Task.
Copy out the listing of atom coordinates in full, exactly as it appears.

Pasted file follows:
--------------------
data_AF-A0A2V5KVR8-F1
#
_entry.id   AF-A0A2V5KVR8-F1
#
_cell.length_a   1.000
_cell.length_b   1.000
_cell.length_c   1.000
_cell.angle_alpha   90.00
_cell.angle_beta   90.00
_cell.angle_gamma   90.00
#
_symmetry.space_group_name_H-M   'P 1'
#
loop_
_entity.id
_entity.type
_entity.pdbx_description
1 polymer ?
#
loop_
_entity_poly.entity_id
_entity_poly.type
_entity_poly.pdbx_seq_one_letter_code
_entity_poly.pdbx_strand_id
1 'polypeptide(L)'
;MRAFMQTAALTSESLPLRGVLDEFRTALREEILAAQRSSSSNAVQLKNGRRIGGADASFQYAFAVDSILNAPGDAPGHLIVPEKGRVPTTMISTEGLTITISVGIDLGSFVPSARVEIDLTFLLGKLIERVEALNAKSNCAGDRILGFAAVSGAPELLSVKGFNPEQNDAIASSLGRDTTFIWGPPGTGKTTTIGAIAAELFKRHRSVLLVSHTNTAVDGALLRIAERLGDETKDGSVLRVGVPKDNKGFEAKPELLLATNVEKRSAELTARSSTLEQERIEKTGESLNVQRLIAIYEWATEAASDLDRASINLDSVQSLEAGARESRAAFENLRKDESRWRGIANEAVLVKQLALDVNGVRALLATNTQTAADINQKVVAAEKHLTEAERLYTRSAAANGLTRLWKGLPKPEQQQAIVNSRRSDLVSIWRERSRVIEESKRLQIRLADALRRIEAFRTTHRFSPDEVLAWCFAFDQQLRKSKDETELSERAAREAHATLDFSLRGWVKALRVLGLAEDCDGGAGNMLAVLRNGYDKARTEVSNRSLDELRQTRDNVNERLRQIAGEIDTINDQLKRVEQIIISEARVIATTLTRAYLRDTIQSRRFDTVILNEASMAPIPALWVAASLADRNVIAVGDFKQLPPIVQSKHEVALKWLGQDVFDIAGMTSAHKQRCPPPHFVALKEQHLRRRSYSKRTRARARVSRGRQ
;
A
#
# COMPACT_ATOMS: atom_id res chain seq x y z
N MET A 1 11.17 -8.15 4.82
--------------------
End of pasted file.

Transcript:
data_AF-A0A2V5KVR8-F1
#
_entry.id   AF-A0A2V5KVR8-F1
#
_cell.length_a   1.000
_cell.length_b   1.000
_cell.length_c   1.000
_cell.angle_alpha   90.00
_cell.angle_beta   90.00
_cell.angle_gamma   90.00
#
_symmetry.space_group_name_H-M   'P 1'
#
loop_
_entity.id
_entity.type
_entity.pdbx_description
1 polymer ?
#
loop_
_entity_poly.entity_id
_entity_poly.type
_entity_poly.pdbx_seq_one_letter_code
_entity_poly.pdbx_strand_id
1 'polypeptide(L)'
;MRAFMQTAALTSESLPLRGVLDEFRTALREEILAAQRSSSSNAVQLKNGRRIGGADASFQYAFAVDSILNAPGDAPGHLIVPEKGRVPTTMISTEGLTITISVGIDLGSFVPSARVEIDLTFLLGKLIERVEALNAKSNCAGDRILGFAAVSGAPELLSVKGFNPEQNDAIASSLGRDTTFIWGPPGTGKTTTIGAIAAELFKRHRSVLLVSHTNTAVDGALLRIAERLGDETKDGSVLRVGVPKDNKGFEAKPELLLATNVEKRSAELTARSSTLEQERIEKTGESLNVQRLIAIYEWATEAASDLDRASINLDSVQSLEAGARESRAAFENLRKDESRWRGIANEAVLVKQLALDVNGVRALLATNTQTAADINQKVVAAEKHLTEAERLYTRSAAANGLTRLWKGLPKPEQQQAIVNSRRSDLVSIWRERSRVIEESKRLQIRLADALRRIEAFRTTHRFSPDEVLAWCFAFDQQLRKSKDETELSERAAREAHATLDFSLRGWVKALRVLGLAEDCDGGAGNMLAVLRNGYDKARTEVSNRSLDELRQTRDNVNERLRQIAGEIDTINDQLKRVEQIIISEARVIATTLTRAYLRDTIQSRRFDTVILNEASMAPIPALWVAASLADRNVIAVGDFKQLPPIVQSKHEVALKWLGQDVFDIAGMTSAHKQRCPPPHFVALKEQHLRRRSYSKRTRARARVSRGRQ
;
A
#
# COMPACT_ATOMS: atom_id res chain seq x y z
N MET A 1 11.17 -8.15 4.82